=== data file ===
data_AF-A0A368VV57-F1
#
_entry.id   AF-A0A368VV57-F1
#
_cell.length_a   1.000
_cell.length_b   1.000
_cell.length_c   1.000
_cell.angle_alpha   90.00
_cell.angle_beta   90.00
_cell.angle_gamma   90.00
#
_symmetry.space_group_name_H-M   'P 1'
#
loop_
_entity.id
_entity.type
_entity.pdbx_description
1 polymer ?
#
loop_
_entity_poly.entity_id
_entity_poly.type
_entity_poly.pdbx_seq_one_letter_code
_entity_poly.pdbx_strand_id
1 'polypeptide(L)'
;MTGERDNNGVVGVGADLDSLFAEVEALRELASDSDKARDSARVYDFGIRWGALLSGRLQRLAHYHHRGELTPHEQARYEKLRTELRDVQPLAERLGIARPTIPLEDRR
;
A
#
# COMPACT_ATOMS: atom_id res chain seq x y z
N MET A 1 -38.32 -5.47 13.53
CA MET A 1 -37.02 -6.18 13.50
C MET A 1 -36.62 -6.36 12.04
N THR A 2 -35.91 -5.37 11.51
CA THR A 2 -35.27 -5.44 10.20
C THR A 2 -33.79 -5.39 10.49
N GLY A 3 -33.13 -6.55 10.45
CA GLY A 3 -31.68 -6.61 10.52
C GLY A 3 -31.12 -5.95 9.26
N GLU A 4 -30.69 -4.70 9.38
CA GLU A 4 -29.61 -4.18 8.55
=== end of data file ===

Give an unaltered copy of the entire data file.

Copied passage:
data_AF-A0A368VV57-F1
#
_entry.id   AF-A0A368VV57-F1
#
_cell.length_a   1.000
_cell.length_b   1.000
_cell.length_c   1.000
_cell.angle_alpha   90.00
_cell.angle_beta   90.00
_cell.angle_gamma   90.00
#
_symmetry.space_group_name_H-M   'P 1'
#
loop_
_entity.id
_entity.type
_entity.pdbx_description
1 polymer ?
#
loop_
_entity_poly.entity_id
_entity_poly.type
_entity_poly.pdbx_seq_one_letter_code
_entity_poly.pdbx_strand_id
1 'polypeptide(L)'
;MTGERDNNGVVGVGADLDSLFAEVEALRELASDSDKARDSARVYDFGIRWGALLSGRLQRLAHYHHRGELTPHEQARYEKLRTELRDVQPLAERLGIARPTIPLEDRR
;
A
#
# COMPACT_ATOMS: atom_id res chain seq x y z
N MET A 1 -38.32 -5.47 13.53
CA MET A 1 -37.02 -6.18 13.50
C MET A 1 -36.62 -6.36 12.04
N THR A 2 -35.91 -5.37 11.51
CA THR A 2 -35.27 -5.44 10.20
C THR A 2 -33.79 -5.39 10.49
N GLY A 3 -33.13 -6.55 10.45
CA GLY A 3 -31.68 -6.61 10.52
C GLY A 3 -31.12 -5.95 9.26
N GLU A 4 -30.69 -4.70 9.38
CA GLU A 4 -29.61 -4.18 8.55